nature chemical biology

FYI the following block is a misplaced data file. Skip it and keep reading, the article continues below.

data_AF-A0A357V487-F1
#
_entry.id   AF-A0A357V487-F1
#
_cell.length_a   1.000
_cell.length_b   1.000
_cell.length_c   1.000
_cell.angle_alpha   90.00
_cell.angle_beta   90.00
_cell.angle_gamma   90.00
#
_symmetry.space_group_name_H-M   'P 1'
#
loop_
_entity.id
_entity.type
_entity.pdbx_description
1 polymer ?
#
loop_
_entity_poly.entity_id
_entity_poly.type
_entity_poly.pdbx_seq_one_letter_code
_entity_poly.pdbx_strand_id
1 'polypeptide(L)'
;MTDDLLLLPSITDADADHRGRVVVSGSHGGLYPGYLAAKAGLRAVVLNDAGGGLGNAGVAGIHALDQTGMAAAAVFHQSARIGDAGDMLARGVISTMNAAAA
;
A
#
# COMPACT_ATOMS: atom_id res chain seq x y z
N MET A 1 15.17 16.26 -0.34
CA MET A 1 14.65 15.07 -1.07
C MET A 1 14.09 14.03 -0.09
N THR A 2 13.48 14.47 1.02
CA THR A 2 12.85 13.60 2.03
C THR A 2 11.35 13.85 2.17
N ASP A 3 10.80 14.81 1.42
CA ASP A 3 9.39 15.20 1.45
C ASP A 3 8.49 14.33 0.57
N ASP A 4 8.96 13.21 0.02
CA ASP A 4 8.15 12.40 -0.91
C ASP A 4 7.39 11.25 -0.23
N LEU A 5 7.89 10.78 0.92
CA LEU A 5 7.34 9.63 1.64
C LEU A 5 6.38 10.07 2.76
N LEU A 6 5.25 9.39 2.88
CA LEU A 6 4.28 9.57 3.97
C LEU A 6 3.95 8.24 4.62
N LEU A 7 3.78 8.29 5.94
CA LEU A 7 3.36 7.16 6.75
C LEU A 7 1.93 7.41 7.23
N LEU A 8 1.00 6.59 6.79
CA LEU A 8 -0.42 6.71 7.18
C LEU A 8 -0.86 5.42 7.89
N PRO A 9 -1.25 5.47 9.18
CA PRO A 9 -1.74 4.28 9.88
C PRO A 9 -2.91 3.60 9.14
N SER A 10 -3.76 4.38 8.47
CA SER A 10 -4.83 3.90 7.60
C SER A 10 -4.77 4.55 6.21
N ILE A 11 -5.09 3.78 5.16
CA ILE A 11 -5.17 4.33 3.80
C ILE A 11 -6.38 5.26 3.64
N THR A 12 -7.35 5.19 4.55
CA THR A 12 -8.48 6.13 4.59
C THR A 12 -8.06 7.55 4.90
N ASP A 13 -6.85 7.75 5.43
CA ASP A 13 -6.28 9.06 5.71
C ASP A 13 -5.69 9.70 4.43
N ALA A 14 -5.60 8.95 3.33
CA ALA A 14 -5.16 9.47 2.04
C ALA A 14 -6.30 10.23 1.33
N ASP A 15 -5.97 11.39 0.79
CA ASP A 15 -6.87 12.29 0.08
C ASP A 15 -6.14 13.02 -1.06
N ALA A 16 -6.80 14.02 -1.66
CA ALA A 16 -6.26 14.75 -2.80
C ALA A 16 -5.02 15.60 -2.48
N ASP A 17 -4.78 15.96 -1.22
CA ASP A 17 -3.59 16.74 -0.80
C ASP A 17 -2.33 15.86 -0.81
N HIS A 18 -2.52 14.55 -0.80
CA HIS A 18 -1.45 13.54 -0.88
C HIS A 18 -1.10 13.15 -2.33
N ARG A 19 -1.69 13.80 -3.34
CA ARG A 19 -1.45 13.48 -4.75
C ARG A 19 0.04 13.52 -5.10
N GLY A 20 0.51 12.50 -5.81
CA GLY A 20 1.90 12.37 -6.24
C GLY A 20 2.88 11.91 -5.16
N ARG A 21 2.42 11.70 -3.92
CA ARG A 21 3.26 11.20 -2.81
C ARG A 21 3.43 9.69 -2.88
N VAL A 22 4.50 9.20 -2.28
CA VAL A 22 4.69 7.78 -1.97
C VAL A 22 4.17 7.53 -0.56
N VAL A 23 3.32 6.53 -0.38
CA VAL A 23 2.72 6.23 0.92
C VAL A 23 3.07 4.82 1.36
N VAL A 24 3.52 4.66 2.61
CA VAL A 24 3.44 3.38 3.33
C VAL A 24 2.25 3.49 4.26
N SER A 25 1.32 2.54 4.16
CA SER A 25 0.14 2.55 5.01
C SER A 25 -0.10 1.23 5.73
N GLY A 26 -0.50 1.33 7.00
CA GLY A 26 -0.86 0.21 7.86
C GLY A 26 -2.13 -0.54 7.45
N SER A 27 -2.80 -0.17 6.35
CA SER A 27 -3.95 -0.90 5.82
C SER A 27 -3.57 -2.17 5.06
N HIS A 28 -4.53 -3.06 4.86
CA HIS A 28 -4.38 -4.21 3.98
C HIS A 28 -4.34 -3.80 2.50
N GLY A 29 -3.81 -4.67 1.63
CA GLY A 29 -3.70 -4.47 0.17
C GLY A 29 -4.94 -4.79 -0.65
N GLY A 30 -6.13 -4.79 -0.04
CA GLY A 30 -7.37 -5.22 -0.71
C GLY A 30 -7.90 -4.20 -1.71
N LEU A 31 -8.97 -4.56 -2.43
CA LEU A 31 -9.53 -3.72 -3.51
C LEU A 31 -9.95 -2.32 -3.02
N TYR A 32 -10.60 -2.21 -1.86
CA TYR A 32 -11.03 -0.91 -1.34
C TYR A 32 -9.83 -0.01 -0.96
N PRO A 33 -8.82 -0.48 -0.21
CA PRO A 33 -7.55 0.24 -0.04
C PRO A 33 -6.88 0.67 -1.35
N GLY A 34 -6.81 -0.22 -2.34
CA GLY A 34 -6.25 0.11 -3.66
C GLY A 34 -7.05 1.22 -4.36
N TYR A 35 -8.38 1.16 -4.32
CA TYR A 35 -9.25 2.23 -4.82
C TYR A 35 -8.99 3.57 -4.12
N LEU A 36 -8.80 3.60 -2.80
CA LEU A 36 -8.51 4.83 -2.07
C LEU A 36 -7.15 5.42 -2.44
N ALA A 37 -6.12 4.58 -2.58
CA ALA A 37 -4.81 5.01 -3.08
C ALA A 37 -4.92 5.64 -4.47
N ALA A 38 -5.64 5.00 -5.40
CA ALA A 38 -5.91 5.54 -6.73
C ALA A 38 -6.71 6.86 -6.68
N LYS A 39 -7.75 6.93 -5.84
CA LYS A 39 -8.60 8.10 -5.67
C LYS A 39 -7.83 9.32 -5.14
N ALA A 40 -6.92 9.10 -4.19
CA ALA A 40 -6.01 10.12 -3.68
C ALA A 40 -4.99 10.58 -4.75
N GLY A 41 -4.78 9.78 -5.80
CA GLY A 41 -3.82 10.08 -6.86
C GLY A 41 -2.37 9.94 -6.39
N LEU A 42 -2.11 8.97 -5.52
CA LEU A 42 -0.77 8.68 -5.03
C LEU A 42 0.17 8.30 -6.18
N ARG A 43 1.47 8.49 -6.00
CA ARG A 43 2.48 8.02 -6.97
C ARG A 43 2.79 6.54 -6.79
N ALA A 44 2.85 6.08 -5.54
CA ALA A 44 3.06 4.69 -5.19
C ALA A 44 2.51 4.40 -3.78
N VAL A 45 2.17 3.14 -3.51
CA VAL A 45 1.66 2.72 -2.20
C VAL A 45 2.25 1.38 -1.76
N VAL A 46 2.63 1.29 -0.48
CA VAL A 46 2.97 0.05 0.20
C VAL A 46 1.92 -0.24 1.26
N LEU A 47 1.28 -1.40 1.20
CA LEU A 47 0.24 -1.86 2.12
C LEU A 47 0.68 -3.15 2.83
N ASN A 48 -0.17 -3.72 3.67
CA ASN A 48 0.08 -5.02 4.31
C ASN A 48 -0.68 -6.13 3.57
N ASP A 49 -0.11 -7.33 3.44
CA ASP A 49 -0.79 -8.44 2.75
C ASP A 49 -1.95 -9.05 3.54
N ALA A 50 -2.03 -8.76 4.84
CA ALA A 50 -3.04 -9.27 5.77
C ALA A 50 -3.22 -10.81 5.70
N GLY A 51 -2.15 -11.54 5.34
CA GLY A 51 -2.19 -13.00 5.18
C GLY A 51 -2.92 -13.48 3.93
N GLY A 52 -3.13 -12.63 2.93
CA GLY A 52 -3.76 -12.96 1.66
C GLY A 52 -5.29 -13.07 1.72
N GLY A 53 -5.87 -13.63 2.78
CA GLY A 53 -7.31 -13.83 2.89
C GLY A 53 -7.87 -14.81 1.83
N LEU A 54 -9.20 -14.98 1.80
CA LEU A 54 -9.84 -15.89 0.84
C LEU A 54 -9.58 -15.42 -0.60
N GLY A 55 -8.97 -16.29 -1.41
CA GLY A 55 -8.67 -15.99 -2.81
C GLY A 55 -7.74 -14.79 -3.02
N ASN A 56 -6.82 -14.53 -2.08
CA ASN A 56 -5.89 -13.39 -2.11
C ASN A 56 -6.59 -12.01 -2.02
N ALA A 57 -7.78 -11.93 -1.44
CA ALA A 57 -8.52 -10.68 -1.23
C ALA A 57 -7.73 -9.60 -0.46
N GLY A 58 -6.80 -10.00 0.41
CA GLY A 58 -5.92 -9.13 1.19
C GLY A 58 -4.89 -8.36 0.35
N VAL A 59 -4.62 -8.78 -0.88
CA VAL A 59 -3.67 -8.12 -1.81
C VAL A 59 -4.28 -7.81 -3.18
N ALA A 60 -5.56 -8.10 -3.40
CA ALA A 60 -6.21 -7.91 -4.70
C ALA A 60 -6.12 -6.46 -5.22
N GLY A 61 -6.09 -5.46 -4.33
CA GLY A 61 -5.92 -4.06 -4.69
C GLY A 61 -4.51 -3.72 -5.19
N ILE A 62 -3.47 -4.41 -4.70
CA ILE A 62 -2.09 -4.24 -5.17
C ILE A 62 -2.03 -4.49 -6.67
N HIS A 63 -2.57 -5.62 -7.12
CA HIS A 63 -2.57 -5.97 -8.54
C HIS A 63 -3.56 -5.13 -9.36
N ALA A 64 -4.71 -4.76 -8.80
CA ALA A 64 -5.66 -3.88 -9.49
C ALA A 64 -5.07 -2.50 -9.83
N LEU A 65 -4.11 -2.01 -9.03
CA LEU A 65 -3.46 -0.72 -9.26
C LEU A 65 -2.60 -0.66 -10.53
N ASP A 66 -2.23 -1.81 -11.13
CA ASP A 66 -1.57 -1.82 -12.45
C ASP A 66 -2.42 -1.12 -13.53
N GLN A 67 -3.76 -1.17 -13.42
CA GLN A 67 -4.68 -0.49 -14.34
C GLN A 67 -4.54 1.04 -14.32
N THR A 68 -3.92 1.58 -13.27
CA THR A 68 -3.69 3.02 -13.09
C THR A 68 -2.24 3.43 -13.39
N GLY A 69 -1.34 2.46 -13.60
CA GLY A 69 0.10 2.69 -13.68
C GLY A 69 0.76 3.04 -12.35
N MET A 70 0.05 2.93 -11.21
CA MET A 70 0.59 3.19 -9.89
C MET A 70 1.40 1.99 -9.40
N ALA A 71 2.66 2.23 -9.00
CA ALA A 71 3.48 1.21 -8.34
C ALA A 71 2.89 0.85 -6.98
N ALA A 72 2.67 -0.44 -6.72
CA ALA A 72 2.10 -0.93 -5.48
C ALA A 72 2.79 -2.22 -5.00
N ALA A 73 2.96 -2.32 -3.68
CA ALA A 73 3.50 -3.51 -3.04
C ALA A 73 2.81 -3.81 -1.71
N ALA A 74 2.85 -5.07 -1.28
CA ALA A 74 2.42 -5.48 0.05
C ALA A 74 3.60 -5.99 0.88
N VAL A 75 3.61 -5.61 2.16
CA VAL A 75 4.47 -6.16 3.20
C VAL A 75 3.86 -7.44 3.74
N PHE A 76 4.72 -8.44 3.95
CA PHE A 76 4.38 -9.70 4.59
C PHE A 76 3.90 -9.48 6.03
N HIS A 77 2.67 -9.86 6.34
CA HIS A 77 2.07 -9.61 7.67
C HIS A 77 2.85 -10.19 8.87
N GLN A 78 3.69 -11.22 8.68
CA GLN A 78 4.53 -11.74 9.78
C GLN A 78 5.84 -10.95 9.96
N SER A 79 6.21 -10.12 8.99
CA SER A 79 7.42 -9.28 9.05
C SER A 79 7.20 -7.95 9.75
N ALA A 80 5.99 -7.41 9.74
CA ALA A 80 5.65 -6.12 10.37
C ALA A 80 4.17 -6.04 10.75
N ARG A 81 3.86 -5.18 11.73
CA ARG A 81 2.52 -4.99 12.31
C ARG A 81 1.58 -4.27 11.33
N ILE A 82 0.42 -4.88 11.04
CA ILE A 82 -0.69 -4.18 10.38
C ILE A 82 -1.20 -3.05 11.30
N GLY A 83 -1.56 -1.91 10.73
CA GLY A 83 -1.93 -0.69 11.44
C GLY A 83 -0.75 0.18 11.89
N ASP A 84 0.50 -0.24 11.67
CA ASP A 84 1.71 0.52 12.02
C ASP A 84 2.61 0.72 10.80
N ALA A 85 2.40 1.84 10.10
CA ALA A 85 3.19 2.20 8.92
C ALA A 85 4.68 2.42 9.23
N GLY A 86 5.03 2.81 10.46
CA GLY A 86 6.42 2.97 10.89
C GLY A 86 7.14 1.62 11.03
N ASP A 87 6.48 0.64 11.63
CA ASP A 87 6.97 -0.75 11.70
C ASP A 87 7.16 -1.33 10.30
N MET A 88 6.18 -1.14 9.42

Follow: @SlateViral, Facebook.com/SlateVideo Watch: YouTube.com/Slatester, SlateV.com Biocomputing—it's not just for Star Trek Borgs anymore! Scientists at Johns Hopkins have engineered cells that behave like AND and OR Boolean logic gates, taking an important step towards using living cells to create computer circuits. While previous research in synthetic biology has shown success generating logic gates based on biomolecules in test tubes or Petri dishes, this method, published in Nature Chemical Biology, creates a much faster output signal. By bringing together two proteins into a complex in the presence of a chemical, the cell's membrane develops ruffles easily visible under a microscope, all in a matter of seconds. Eventually, researchers may be able to build more complex circuits using these logic gates to form the basis of a full blown cellular computer. Researchers who worked on the project also believe individual cellular circuits could be used as diagnostic agents, or even to further study how the natural output of cells keep bodily functions running smoothly. Whatever comes next, one thing's for sure—Moore's Law is alive and well. Next we'll have circuits made with single atoms!